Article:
Kamala Moore arrived at the parade route at 4:15 a.m. "It's history in the making," she said.
"Oh my gosh, I really want to see Riley (Curry)," she said, referring to the 2-year-old daughter of Stephen Curry, her favorite player.
At Children's Fairyland on Lake Merritt, it was all about Riley on Friday as the large colorful sign was changed to read "Rileyland" on Friday morning.
Under an avalanche of confetti, the players and other officials traveled the 2-mile parade route to thunderous applause and cheers.
Al Attles, who coached the Warriors to the first title in the 1970s, had a wide smile on his face as traveled the parade route.
"It's unbelievable," Attles said. "It just goes to show you who much the Bay Area is into this team. There is an old saying in sports – they can to play and never gave up. That's what this team did."
The star of Attles championship team – Rick Barry – was also bombarded with cheers.
"This is a tremendous turnout," he told KTVU Fox 2. "I know these guys thought they had some fans, but this is insane. They will never forget this day and they deserve it."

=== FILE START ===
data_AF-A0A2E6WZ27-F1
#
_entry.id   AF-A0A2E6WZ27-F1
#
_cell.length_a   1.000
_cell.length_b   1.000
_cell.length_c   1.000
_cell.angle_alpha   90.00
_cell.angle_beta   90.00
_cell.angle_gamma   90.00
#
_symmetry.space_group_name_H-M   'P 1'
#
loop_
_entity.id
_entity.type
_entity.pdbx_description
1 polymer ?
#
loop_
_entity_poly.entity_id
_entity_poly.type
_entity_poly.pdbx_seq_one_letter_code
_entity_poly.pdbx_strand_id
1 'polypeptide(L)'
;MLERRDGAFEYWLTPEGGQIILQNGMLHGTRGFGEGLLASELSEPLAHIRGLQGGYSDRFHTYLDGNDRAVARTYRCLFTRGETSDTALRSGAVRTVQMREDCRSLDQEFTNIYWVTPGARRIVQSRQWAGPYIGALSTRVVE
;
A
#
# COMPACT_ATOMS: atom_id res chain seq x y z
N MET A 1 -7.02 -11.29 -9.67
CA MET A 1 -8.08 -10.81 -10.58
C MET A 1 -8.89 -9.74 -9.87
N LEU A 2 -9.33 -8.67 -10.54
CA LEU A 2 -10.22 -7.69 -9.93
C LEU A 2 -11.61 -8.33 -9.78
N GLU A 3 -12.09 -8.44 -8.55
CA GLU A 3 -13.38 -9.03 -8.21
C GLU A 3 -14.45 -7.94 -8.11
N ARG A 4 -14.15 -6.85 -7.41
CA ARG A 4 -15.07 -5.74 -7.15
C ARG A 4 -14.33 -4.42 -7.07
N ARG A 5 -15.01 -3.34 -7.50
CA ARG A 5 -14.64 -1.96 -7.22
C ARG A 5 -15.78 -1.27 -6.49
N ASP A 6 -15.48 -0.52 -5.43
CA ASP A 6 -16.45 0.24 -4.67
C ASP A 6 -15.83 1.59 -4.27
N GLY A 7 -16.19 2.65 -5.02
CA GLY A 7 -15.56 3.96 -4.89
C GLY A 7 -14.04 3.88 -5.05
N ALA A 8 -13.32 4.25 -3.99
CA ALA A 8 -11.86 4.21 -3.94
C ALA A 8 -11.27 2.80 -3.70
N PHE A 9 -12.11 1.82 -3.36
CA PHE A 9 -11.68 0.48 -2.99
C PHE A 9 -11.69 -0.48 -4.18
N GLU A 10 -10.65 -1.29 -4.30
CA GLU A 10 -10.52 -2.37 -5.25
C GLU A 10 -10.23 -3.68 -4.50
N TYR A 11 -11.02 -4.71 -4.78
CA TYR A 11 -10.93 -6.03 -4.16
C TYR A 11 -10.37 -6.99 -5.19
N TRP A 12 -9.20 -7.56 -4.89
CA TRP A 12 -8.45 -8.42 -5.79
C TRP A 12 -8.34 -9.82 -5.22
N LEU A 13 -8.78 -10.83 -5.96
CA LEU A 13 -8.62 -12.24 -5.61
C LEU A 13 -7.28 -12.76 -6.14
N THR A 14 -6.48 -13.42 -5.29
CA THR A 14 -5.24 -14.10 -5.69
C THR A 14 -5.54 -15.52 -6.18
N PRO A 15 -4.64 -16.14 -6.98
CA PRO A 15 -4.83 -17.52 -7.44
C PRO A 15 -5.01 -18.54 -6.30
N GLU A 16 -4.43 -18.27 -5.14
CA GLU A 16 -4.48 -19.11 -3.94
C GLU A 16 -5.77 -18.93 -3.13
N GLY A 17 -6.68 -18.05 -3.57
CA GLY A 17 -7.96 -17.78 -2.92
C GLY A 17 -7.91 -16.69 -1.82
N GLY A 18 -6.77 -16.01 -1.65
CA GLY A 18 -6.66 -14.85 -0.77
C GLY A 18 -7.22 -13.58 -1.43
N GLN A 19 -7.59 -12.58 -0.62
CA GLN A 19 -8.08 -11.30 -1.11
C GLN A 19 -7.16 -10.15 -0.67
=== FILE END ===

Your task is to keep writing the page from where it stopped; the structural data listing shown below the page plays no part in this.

Razon Tramble of Castro Valley lined up at 7 a.m. to get a view of the parade.
"I've been a fan since Chris Mullin was playing," he said. "It's just a very uplifting thing for the city. It's like a renewal. It shines a good light on the city."
Bailey Gail of Oakland said she was at the parade to see season MVP Stephen Curry and Finals MVP Andre Iguodala in person.
"I never thought (the Warriors) would do it because it had been so long," she said.
Dr. Scott Taylor, also an Oakland native, said he always thought they'd win another championship.
"It's been a long time since they won, it's long overdue," he said.
Warriors fans and city leaders alike have stood behind their team through the season, and now they are basking in the glory of the team's first NBA title in 40 years.
"The success of the Golden State Warriors, who are headquartered and play in Oakland, have provided a golden spotlight on this city. The resilience and tremendous potential of Oakland are emblematic of the Warriors' victory," said Alameda County Supervisor Nate Miley, who represents east Oakland and other East Bay cities and has been a Warriors fan since 1976.
The team won 105-97 in the Game 6 clincher Tuesday night.
"We're so proud of the job that the entire city of Oakland did as these great ambassadors for these finals," Oakland Mayor Libby Schaaf said Thursday. "Like the Warriors themselves, we put together a great team of businesses, fans and city workers that hosted the finals in world-class style."